Today’s comics flashback — the early 80s Swords and Sorcery comic from DC, Arion: Lord of Atlantis. At least that’s what the first year or so is called, but looking at the later covers, maybe it’s just Arion? 
(That could have been a story element… I think he was wandering for a bit, was he stripped of his title? Someone tell me — unless I dig up the issues first.)
When I was a kid I LOVED the genre of epic fantasy. I blame it on The Hobbit being the first novel I actually remember reading in the third grade. After that it was everything with swords and wizards and dragons and elves. 
Arion was written by Paul Kupperberg and drawn by Jan Duursema, and it focused on the ancient past of Atlantis before it sunk into the ocean (and eventually spawned Aquaman, though I’m not sure if that was tied into the concept right from its inception). Arion was the magical protector of Atlantis—a powerful mage, though on some adventures he was forced to be a bit more physical.
When I look back lovingly on these covers, it occurs to me that I don’t really remember the stories, but more of the look and feel of the book. I think this is where comics and fantasy work well together—at least as I came to them as a kid. The physicality of medieval action and magic presented by an artist in a way that movie special effects just weren’t able to capture at the time. I specifically picked THESE covers because they show one of the favorite things I remember about this series—Arion didn’t so much have a costume as a certain color scheme and certain common accouterments. In those covers, you can see a winter outfit, a chainmail outfit, and a pirate outfit. I remember drawing elements of each of those costumes… that was part of what reading comics as a kid was about for me… absorbing the visuals and trying to build my own characters and stories with them. 
I don’t think Arion has ever been collected. I recently found the first sixteen issues in a dollar bin at a comics convention, even though I think I have most of the early issues somewhere in storage. I read a chunk of the first sixteen, and it’s definitely clunky, early 80s comics writing, but… there’s something charming and fun in the world and the action-packed fantasy of it all.  Today’s comics flashback — the early 80s Swords and Sorcery comic from DC, Arion: Lord of Atlantis. At least that’s what the first year or so is called, but looking at the later covers, maybe it’s just Arion? 
(That could have been a story element… I think he was wandering for a bit, was he stripped of his title? Someone tell me — unless I dig up the issues first.)
When I was a kid I LOVED the genre of epic fantasy. I blame it on The Hobbit being the first novel I actually remember reading in the third grade. After that it was everything with swords and wizards and dragons and elves. 
Arion was written by Paul Kupperberg and drawn by Jan Duursema, and it focused on the ancient past of Atlantis before it sunk into the ocean (and eventually spawned Aquaman, though I’m not sure if that was tied into the concept right from its inception). Arion was the magical protector of Atlantis—a powerful mage, though on some adventures he was forced to be a bit more physical.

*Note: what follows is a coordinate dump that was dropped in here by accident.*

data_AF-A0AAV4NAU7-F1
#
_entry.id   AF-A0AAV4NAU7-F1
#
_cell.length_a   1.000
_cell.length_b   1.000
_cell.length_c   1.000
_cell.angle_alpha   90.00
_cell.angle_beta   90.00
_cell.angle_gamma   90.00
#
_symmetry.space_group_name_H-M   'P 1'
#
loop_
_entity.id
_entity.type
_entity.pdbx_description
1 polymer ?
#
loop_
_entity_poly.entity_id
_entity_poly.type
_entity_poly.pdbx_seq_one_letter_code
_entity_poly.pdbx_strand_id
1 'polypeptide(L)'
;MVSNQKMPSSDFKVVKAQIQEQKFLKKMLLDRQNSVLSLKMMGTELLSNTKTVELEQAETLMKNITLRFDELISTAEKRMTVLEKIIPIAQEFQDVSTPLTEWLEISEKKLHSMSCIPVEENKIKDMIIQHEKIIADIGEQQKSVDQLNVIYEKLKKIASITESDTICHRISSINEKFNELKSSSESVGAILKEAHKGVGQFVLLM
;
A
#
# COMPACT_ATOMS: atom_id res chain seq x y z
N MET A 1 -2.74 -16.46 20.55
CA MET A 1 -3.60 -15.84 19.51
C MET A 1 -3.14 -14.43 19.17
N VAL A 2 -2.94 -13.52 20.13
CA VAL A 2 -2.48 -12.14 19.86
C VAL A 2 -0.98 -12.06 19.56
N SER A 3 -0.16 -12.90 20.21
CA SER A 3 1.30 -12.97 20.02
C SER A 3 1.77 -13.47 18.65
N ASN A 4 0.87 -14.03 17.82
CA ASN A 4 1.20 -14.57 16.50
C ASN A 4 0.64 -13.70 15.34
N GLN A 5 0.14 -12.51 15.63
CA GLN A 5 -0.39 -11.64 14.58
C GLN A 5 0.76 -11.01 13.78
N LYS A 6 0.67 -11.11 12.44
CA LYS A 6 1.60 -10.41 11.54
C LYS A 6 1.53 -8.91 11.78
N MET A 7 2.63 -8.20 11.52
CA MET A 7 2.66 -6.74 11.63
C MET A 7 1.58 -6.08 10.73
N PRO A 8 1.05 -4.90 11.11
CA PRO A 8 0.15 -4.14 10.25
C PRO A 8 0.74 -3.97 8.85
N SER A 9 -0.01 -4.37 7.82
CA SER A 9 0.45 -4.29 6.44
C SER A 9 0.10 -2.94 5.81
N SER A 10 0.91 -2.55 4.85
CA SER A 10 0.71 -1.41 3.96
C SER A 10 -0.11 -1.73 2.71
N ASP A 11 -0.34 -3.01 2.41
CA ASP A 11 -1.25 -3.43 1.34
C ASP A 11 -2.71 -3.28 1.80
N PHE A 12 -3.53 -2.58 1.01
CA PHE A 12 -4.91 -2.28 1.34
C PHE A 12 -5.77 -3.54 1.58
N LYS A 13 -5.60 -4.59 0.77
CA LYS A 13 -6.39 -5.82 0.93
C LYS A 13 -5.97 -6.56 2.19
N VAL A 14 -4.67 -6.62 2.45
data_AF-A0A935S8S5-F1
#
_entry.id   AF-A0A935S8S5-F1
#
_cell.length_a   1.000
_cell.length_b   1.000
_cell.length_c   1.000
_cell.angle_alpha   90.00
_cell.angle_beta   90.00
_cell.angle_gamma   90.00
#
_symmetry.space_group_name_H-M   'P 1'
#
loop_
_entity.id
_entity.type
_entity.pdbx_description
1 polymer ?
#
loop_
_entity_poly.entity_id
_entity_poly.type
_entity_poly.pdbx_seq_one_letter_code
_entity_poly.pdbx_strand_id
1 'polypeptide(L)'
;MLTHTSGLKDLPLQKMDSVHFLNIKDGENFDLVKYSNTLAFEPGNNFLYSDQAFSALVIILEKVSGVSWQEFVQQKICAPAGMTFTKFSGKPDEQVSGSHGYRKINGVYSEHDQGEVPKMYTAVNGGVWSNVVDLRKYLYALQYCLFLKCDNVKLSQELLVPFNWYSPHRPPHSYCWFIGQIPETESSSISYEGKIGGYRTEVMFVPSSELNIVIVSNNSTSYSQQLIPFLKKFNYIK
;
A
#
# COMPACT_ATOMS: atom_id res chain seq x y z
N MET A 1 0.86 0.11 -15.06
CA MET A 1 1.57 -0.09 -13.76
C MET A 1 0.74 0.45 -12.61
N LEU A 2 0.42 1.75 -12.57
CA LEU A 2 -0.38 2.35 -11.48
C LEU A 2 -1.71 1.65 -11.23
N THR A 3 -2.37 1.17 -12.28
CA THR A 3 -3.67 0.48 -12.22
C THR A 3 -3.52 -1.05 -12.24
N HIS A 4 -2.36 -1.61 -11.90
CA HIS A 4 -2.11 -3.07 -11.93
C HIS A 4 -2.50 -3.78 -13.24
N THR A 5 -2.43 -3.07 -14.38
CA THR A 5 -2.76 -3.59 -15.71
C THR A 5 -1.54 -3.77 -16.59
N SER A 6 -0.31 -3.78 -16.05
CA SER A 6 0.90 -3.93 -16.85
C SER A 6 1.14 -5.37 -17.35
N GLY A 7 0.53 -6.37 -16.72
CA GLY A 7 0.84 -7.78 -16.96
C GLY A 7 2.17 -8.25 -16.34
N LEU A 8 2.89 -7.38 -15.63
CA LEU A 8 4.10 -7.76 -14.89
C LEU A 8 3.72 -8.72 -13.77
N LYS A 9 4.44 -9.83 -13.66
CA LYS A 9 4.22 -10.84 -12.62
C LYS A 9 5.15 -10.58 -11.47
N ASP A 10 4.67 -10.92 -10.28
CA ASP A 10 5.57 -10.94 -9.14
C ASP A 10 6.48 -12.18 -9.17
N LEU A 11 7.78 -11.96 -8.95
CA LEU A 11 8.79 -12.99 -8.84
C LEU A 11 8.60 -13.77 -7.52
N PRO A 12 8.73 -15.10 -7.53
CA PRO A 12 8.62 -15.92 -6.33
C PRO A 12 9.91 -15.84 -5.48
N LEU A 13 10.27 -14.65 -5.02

When I look back lovingly on these covers, it occurs to me that I don’t really remember the stories, but more of the look and feel of the book. I think this is where comics and fantasy work well together—at least as I came to them as a kid. The physicality of medieval action and magic presented by an artist in a way that movie special effects just weren’t able to capture at the time. I specifically picked THESE covers because they show one of the favorite things I remember about this series—Arion didn’t so much have a costume as a certain color scheme and certain common accouterments. In those covers, you can see a winter outfit, a chainmail outfit, and a pirate outfit. I remember drawing elements of each of those costumes… that was part of what reading comics as a kid was about for me… absorbing the visuals and trying to build my own characters and stories with them. 
I don’t think Arion has ever been collected. I recently found the first sixteen issues in a dollar bin at a comics convention, even though I think I have most of the early issues somewhere in storage. I read a chunk of the first sixteen, and it’s definitely clunky, early 80s comics writing, but… there’s something charming and fun in the world and the action-packed fantasy of it all.  Today’s comics flashback — the early 80s Swords and Sorcery comic from DC, Arion: Lord of Atlantis. At least that’s what the first year or so is called, but looking at the later covers, maybe it’s just Arion? 
(That could have been a story element… I think he was wandering for a bit, was he stripped of his title? Someone tell me — unless I dig up the issues first.)
When I was a kid I LOVED the genre of epic fantasy. I blame it on The Hobbit being the first novel I actually remember reading in the third grade. After that it was everything with swords and wizards and dragons and elves. 
Arion was written by Paul Kupperberg and drawn by Jan Duursema, and it focused on the ancient past of Atlantis before it sunk into the ocean (and eventually spawned Aquaman, though I’m not sure if that was tied into the concept right from its inception). Arion was the magical protector of Atlantis—a powerful mage, though on some adventures he was forced to be a bit more physical.